It is – at face value – somewhat paradoxical, but very hopeful and uplifting, that at a time of economic crisis and of setback in national self-confidence that community based initiatives such as the Young Social Innovators have been getting ever stronger in terms of activity and citizen participation. Young people face an uncertain future, people are hurting from the recession, they are dismayed that the transient artificially-based economic bubble has turned into ashes and they have a righteous anger that various institutions let them down. But, far from being defeated by circumstances they are, for the most part, moving on, getting stuck into what they can do and are good at, not allowing themselves to sink into any disabling cynicism or fatalism.

The conclusions that are being drawn from our present circumstances are much more positive – people all over Ireland are setting about finding a better version of Irishness than the acquisitive individualism that drove the worst aspects of the Celtic Tiger; reaffirming the old decencies in Irish life and drawing on the ethical values that are being forged by talented and energetic people of all generations. They are seeking to renew our Republic so that it does full justice to the values of fairness and participation. In short, they are imagining and creating an Ireland which all of us are proud to help shape, share and happy to bestow to following generations in better condition than we inherited it.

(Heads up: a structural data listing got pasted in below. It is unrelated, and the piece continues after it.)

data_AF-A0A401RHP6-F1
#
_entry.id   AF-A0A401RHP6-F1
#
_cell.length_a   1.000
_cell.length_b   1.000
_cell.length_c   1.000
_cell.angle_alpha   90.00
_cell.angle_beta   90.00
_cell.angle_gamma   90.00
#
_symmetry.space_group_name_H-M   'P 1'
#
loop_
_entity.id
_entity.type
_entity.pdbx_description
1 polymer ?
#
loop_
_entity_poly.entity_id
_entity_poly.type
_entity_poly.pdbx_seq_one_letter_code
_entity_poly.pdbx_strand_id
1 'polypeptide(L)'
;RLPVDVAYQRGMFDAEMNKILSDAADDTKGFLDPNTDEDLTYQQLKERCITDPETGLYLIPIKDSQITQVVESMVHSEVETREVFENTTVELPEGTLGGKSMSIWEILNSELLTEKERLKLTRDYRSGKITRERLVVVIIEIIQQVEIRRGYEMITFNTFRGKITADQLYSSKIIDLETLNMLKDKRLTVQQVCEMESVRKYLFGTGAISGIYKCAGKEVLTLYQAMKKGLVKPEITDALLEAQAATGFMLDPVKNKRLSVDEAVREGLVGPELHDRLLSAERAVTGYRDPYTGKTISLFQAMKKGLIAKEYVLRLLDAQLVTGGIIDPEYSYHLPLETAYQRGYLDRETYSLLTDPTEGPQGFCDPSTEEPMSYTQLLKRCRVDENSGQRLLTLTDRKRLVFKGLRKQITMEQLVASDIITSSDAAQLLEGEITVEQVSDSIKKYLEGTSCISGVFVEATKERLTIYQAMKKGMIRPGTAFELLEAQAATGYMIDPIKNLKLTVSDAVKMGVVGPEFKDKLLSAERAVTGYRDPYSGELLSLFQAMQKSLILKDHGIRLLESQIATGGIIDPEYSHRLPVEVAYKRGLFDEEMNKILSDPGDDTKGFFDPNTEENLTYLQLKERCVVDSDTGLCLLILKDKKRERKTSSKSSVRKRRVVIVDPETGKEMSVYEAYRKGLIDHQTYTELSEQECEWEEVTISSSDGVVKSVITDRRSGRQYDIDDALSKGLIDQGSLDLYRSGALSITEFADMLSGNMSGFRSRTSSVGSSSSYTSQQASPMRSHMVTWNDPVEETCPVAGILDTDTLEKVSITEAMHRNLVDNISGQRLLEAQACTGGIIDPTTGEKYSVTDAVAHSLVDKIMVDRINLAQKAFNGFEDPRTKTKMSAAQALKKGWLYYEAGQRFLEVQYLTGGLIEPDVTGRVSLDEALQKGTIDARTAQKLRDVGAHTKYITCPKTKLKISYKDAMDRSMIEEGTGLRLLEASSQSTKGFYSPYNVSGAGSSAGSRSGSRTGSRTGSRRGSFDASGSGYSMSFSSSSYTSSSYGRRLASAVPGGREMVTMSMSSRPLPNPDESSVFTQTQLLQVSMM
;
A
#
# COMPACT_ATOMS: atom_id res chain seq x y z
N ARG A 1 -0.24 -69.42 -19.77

Tá cuma i bhfad níos dearfaí ar thorthaí ár gcúinsí reatha – tá daoine ar fud na hÉireann ag iarraidh leagan níos fearr dár ndúchas Éireannach a bhaint amach in ionad an t-indibhidiúlachas éadálach a bhí ar cheann de na gnéithe is measa a bhain leis an Tíogar Ceilteach; ag cinntiú na sean-traidisiúin a bhaineann le saol na hÉireann agus ag leagadh béim ar na luachanna eiticiúla atá á gcruthú ag daoine éirimiúla agus fuinniúla ó gach glúin. Tá siad ag iarraidh athbhreithniú a dhéanamh ar ár bPoblacht chun aidhmeanna maidir le cothrom na féinne agus rannpháirtíocht a chomhlíonadh. I mbeagán focal, samhlaíonn agus cruthaíonn siad Éire a mbeidh muid uilig bródúil as chun é a roinnt agus a bhronnadh ar na glúine atá ag teacht i gcuma níos fearr ná mar a bhfuair muid í.